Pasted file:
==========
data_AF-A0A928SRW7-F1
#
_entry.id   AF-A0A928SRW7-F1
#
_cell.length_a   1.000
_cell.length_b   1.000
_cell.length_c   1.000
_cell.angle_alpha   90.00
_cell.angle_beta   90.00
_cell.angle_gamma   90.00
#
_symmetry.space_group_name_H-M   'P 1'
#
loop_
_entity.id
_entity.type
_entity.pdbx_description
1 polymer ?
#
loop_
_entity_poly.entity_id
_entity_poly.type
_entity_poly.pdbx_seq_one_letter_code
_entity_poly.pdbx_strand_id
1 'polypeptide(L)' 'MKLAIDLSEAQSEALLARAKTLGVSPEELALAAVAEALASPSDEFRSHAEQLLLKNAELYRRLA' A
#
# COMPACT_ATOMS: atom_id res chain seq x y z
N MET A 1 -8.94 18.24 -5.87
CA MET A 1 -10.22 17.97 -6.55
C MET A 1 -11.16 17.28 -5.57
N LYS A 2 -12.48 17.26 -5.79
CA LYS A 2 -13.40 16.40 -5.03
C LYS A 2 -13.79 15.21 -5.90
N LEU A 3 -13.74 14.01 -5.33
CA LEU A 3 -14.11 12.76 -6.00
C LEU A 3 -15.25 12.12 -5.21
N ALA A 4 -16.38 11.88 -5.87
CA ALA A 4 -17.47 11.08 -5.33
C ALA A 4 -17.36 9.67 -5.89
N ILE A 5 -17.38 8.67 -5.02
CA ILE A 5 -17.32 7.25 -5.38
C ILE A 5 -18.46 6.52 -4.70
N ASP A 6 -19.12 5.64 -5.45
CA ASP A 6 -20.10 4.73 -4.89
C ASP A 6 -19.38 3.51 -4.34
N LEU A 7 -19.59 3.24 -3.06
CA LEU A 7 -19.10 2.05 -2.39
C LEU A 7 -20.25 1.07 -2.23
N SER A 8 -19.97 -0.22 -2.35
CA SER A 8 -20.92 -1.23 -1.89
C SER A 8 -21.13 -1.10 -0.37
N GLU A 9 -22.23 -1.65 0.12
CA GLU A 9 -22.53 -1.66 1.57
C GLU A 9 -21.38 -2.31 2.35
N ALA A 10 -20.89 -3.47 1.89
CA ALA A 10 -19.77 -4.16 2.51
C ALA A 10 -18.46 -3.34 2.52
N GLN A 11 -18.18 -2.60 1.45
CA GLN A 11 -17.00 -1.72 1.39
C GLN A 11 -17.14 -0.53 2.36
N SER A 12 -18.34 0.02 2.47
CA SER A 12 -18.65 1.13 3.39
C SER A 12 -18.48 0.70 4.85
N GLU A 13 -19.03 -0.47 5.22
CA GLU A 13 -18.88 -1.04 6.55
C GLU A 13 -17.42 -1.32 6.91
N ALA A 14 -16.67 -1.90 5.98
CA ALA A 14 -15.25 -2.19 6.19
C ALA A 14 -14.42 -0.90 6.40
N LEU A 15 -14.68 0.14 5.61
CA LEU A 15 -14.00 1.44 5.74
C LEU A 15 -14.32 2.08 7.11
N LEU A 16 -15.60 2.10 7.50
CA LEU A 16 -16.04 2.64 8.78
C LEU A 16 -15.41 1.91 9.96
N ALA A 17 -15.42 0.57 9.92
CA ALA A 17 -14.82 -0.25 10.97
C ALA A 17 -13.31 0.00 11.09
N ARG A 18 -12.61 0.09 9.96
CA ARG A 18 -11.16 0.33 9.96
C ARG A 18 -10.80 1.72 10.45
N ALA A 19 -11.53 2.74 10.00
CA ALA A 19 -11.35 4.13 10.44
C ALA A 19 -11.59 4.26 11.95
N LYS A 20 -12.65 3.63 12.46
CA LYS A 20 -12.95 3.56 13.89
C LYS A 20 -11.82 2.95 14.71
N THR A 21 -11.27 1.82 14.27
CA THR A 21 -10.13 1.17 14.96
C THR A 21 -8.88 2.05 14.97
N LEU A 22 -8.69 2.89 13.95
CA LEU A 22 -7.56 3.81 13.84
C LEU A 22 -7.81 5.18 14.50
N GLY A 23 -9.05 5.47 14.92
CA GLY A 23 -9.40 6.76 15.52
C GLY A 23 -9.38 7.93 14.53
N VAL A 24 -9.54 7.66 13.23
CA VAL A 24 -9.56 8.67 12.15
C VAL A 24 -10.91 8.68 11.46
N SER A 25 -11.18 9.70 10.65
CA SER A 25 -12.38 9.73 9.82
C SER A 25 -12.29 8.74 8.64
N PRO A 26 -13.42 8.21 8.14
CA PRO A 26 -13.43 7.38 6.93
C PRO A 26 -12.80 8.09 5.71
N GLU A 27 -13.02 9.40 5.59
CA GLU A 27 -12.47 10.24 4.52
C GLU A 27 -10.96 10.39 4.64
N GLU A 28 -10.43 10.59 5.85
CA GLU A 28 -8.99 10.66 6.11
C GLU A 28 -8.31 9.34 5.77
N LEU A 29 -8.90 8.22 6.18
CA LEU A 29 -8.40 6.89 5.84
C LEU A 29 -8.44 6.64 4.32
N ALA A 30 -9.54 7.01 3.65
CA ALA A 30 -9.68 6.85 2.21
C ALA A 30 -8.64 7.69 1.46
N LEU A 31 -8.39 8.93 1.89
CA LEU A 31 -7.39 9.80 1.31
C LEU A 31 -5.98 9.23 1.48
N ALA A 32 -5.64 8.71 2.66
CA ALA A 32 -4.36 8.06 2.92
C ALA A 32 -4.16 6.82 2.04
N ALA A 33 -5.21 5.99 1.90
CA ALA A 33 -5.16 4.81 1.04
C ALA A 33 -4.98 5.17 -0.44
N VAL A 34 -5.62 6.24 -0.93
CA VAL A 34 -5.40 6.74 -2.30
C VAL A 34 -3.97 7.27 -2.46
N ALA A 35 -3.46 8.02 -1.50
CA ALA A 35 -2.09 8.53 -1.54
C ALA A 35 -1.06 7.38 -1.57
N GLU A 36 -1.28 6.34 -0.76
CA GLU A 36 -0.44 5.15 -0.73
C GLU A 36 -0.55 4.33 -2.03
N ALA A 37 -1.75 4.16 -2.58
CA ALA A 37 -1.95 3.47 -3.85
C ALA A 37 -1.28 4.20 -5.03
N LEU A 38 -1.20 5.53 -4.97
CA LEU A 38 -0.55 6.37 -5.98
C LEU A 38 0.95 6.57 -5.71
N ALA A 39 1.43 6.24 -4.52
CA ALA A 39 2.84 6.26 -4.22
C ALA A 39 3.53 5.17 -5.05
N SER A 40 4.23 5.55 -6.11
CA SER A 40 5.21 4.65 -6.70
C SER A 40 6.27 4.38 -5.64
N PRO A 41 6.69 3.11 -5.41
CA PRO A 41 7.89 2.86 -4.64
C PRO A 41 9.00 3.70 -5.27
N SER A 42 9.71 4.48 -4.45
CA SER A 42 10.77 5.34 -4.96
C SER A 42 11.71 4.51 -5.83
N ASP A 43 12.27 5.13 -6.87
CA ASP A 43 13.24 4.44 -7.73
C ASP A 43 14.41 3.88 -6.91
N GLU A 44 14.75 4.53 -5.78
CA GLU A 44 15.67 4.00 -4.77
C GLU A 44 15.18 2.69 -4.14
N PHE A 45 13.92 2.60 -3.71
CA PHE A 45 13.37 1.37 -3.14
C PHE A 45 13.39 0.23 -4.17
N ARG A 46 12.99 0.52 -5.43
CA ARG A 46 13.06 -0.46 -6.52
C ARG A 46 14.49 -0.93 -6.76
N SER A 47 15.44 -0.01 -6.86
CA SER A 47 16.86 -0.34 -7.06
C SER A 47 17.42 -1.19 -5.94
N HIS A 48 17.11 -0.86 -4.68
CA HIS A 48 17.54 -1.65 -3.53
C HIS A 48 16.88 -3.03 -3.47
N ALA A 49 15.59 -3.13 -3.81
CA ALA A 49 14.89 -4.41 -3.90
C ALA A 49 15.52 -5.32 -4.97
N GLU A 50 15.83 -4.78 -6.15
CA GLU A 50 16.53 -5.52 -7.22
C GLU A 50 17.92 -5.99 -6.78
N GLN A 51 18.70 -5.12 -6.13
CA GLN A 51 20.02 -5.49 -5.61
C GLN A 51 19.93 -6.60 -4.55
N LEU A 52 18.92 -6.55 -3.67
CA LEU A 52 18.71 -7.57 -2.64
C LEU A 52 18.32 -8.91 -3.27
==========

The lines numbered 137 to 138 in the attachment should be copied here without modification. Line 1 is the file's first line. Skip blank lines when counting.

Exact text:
CA ALA A 37 -1.95 3.47 -3.85
C ALA A 37 -1.28 4.20 -5.03